G20 policymakers will this weekend promise to keep economic support packages in place until recovery is certain and seek to reassure financial markets they have credible plans to withdraw the stimulus when appropriate.
Finance ministers and central bankers from the Group of 20 developed and emerging nations are meeting in London on Friday and Saturday to discuss the next steps in fighting the worst financial crisis since the Great Depression.
Since their leaders last met in April when the world was in the midst of severe recession, prospects for the global economy look a lot better with stock markets rising since March and growth returning in a number of countries.
But policymakers are cautious about declaring victory just yet. They will stress policy needs to remain accommodative for now and also discuss putting curbs on bankers' pay, financial regulation and international institutional reform.
I believe we can be confident about our prospects for 2010. But there are still uncertainties and risks that we have to confront, British finance minister Alistair Darling, the meeting's host, said late on Thursday.
And the biggest risk is to think that the job's done -- that recovery is guaranteed. No country can be complacent -- we've got to see this through.
Still, with interest rates at record lows and trillions of dollars thrown into their economies to fight the crisis, policymakers will be keen to show they have coordinated exit strategies in place.
With rising unemployment likely to eat into their own poll ratings, they are also determined to have someone to blame and will stress that banks cannot return to business as normal.
France, Germany and Britain on Thursday put forward proposals to discourage banks from paying excessive bonuses that promoted risk-taking behavior that many say caused the crisis.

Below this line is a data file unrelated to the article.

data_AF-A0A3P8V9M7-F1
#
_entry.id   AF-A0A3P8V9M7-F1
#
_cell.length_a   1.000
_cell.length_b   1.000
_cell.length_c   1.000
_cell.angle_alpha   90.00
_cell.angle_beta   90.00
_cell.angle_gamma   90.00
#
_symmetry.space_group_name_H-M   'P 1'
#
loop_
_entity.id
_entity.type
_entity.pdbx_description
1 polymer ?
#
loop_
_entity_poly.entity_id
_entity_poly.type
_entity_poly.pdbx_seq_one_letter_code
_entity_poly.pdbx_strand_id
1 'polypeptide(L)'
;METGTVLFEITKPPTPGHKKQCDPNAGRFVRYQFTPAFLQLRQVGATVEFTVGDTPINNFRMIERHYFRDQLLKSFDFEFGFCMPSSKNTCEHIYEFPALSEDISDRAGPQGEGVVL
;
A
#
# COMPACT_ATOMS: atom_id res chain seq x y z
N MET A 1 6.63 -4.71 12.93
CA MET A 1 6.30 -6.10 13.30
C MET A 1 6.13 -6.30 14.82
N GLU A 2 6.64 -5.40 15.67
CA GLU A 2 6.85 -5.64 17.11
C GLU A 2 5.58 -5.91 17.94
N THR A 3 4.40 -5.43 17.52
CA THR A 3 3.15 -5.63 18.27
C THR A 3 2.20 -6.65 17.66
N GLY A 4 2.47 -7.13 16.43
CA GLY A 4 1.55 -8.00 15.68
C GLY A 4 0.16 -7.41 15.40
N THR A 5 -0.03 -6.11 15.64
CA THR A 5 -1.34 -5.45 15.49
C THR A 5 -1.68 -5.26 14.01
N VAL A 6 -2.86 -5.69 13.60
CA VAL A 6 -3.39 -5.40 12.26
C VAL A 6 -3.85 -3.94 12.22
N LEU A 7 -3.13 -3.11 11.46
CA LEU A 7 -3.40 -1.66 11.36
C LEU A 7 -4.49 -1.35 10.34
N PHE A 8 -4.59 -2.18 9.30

Ministers will discuss bank bonuses being deferred over time to discourage short-termism and be subjected to clawback in the event things turn bad. Concrete measures are expected by the time leaders meet in Pittsburgh later this month.
They will also look at enhanced regulation of systemically important banks and ways in which these institutions can be wound up if needed without shaking the financial system.
U.S. Treasury Secretary Timothy Geithner is pressing the G20 to back tough new international standards for bank capital and liquidity. The U.S. Treasury said on Thursday a comprehensive agreement should be reached by the end of 2010, with countries implementing the standards by the end of 2012.
Other issues on the table for the G20 meeting are ensuring international institutions like the International Monetary Fund get the full resources promised to it at April's London summit, when the world was still in the grip of a major recession.
Dinner on Friday will discuss how the IMF and the World Bank can be reformed to reflect better the emergence of the new economic powers.
Representatives from Brazil, Russia, India and China will meet on the sidelines of the meeting and Geithner is expected to join them.
The voice of the BRICs has grown stronger, and proof of that is that U.S. finance minister Geithner has asked to come to the BRIC meeting and to discuss a range of issues, a Russian delegation source told reporters in London on Thursday.